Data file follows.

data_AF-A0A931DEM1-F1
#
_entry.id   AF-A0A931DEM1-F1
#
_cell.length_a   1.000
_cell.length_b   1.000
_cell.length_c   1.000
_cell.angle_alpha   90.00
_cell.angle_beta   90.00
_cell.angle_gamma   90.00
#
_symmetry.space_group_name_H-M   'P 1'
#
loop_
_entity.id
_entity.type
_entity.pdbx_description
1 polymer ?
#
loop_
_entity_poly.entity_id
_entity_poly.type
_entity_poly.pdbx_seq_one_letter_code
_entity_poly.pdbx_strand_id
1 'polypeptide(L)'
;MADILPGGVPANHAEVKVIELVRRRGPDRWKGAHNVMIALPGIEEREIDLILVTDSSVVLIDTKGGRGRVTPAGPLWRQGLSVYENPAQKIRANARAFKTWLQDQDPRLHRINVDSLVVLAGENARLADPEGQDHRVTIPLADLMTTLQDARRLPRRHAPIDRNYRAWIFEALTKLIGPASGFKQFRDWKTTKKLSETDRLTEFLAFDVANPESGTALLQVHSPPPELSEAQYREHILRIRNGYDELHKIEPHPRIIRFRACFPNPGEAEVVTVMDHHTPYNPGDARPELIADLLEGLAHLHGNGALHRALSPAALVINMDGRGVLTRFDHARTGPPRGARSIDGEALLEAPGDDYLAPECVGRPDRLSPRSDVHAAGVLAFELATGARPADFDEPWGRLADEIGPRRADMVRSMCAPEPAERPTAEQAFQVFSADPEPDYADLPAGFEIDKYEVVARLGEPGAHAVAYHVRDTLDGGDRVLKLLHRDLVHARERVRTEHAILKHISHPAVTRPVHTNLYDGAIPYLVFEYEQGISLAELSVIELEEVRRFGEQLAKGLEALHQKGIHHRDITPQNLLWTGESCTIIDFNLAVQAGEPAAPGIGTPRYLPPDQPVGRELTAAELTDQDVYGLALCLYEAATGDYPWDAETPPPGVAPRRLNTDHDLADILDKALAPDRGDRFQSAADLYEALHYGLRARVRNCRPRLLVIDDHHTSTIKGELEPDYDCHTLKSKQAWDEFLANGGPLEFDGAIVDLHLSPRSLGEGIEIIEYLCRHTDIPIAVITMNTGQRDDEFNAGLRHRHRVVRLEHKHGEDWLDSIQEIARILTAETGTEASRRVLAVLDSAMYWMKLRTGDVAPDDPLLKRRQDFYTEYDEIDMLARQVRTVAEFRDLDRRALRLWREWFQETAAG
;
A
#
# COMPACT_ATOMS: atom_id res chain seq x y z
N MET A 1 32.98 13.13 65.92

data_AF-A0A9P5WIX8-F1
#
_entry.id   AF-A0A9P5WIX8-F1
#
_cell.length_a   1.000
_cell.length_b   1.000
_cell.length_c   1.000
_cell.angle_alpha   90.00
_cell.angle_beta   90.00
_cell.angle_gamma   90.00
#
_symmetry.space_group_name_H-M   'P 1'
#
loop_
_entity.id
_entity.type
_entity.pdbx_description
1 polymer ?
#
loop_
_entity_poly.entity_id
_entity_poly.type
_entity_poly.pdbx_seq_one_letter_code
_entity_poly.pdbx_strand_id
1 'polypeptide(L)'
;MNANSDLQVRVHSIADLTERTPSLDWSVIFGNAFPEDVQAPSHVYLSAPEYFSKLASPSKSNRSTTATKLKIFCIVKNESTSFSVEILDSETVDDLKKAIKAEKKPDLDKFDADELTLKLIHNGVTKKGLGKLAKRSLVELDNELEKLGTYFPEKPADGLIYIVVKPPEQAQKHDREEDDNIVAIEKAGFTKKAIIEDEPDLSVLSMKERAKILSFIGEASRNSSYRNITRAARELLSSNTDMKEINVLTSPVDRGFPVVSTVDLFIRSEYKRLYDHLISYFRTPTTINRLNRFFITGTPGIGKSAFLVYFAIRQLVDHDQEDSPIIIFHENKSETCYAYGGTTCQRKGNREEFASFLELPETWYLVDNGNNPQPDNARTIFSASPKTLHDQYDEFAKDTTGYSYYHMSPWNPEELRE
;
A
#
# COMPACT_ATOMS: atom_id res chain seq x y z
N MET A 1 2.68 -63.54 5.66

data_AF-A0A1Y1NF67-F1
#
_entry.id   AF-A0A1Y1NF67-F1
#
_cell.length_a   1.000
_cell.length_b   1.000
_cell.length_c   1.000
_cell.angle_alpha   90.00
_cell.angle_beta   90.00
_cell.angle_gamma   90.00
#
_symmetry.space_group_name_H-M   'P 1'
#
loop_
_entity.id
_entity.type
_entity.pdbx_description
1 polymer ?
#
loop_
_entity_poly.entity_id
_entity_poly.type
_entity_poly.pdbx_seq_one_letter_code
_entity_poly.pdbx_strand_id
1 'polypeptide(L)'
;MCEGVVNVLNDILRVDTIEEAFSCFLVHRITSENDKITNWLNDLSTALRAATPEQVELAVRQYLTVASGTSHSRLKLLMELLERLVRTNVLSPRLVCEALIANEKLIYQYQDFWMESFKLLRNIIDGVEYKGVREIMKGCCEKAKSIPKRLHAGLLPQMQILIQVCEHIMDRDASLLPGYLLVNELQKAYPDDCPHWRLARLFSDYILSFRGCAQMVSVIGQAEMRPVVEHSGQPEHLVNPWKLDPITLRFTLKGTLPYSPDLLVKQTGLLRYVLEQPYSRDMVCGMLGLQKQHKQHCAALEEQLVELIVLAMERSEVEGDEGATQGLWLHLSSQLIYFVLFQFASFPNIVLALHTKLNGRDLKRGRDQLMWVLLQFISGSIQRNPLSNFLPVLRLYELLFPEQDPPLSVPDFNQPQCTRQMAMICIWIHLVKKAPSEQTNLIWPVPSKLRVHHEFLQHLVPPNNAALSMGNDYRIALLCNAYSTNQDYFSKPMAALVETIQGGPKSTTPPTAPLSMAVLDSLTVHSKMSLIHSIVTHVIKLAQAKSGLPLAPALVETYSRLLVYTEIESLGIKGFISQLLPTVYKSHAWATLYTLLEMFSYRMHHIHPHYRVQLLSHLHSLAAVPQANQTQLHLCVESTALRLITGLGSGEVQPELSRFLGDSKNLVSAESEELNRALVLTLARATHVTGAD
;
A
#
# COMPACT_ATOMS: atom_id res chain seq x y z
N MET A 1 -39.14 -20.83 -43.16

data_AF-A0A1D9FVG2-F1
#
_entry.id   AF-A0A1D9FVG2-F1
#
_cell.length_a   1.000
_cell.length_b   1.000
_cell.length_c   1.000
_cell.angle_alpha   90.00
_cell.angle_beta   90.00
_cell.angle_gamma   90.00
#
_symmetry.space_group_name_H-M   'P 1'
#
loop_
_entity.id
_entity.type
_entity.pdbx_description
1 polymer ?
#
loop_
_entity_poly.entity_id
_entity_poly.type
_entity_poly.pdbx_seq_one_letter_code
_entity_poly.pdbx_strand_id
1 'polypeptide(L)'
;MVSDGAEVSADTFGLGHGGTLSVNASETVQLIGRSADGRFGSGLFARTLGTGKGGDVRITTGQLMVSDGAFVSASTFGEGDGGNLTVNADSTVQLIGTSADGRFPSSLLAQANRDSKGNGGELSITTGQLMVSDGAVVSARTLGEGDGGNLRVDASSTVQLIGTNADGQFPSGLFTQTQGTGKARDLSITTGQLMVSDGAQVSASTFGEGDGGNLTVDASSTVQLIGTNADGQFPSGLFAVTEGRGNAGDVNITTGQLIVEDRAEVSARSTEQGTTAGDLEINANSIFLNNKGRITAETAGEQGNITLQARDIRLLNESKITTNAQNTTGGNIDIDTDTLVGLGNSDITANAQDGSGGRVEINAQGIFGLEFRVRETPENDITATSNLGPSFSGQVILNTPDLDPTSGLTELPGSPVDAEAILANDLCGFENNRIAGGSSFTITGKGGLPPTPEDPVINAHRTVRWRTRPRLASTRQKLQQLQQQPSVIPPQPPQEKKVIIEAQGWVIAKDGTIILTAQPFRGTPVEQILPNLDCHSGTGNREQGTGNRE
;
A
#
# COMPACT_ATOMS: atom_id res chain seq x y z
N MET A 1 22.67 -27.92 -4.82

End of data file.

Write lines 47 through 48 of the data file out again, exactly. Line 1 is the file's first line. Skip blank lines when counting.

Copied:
_entity.type
_entity.pdbx_description